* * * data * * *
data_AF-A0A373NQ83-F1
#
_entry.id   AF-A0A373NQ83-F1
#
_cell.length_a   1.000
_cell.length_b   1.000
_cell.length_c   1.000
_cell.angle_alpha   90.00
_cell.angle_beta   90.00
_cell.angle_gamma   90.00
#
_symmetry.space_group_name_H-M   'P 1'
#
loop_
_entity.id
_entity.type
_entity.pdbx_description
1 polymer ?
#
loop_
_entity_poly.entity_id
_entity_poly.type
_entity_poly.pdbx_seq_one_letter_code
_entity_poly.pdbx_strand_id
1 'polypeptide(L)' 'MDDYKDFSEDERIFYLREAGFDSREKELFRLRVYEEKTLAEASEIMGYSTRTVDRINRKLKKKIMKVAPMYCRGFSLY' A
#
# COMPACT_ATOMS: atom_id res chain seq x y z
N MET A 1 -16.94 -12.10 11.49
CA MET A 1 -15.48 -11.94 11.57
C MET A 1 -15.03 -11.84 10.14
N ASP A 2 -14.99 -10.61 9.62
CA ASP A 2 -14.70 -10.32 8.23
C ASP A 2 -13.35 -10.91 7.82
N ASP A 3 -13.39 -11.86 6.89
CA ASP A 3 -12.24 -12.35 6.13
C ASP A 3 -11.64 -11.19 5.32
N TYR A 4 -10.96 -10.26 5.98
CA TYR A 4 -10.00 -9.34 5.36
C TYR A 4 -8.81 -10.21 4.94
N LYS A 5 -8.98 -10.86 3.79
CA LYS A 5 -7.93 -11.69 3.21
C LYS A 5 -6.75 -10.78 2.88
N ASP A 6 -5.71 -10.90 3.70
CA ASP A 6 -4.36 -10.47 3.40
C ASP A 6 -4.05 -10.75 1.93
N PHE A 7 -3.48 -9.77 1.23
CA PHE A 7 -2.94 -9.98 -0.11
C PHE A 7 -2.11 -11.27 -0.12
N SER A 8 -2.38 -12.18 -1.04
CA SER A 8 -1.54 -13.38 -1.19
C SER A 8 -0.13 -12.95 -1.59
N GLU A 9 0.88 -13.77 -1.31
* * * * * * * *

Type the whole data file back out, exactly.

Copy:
data_AF-A0A373NQ83-F1
#
_entry.id   AF-A0A373NQ83-F1
#
_cell.length_a   1.000
_cell.length_b   1.000
_cell.length_c   1.000
_cell.angle_alpha   90.00
_cell.angle_beta   90.00
_cell.angle_gamma   90.00
#
_symmetry.space_group_name_H-M   'P 1'
#
loop_
_entity.id
_entity.type
_entity.pdbx_description
1 polymer ?
#
loop_
_entity_poly.entity_id
_entity_poly.type
_entity_poly.pdbx_seq_one_letter_code
_entity_poly.pdbx_strand_id
1 'polypeptide(L)' 'MDDYKDFSEDERIFYLREAGFDSREKELFRLRVYEEKTLAEASEIMGYSTRTVDRINRKLKKKIMKVAPMYCRGFSLY' A
#
# COMPACT_ATOMS: atom_id res chain seq x y z
N MET A 1 -16.94 -12.10 11.49
CA MET A 1 -15.48 -11.94 11.57
C MET A 1 -15.03 -11.84 10.14
N ASP A 2 -14.99 -10.61 9.62
CA ASP A 2 -14.70 -10.32 8.23
C ASP A 2 -13.35 -10.91 7.82
N ASP A 3 -13.39 -11.86 6.89
CA ASP A 3 -12.24 -12.35 6.13
C ASP A 3 -11.64 -11.19 5.32
N TYR A 4 -10.96 -10.26 5.98
CA TYR A 4 -10.00 -9.34 5.36
C TYR A 4 -8.81 -10.21 4.94
N LYS A 5 -8.98 -10.86 3.79
CA LYS A 5 -7.93 -11.69 3.21
C LYS A 5 -6.75 -10.78 2.88
N ASP A 6 -5.71 -10.90 3.70
CA ASP A 6 -4.36 -10.47 3.40
C ASP A 6 -4.05 -10.75 1.93
N PHE A 7 -3.48 -9.77 1.23
CA PHE A 7 -2.94 -9.98 -0.11
C PHE A 7 -2.11 -11.27 -0.12
N SER A 8 -2.38 -12.18 -1.04
CA SER A 8 -1.54 -13.38 -1.19
C SER A 8 -0.13 -12.95 -1.59
N GLU A 9 0.88 -13.77 -1.31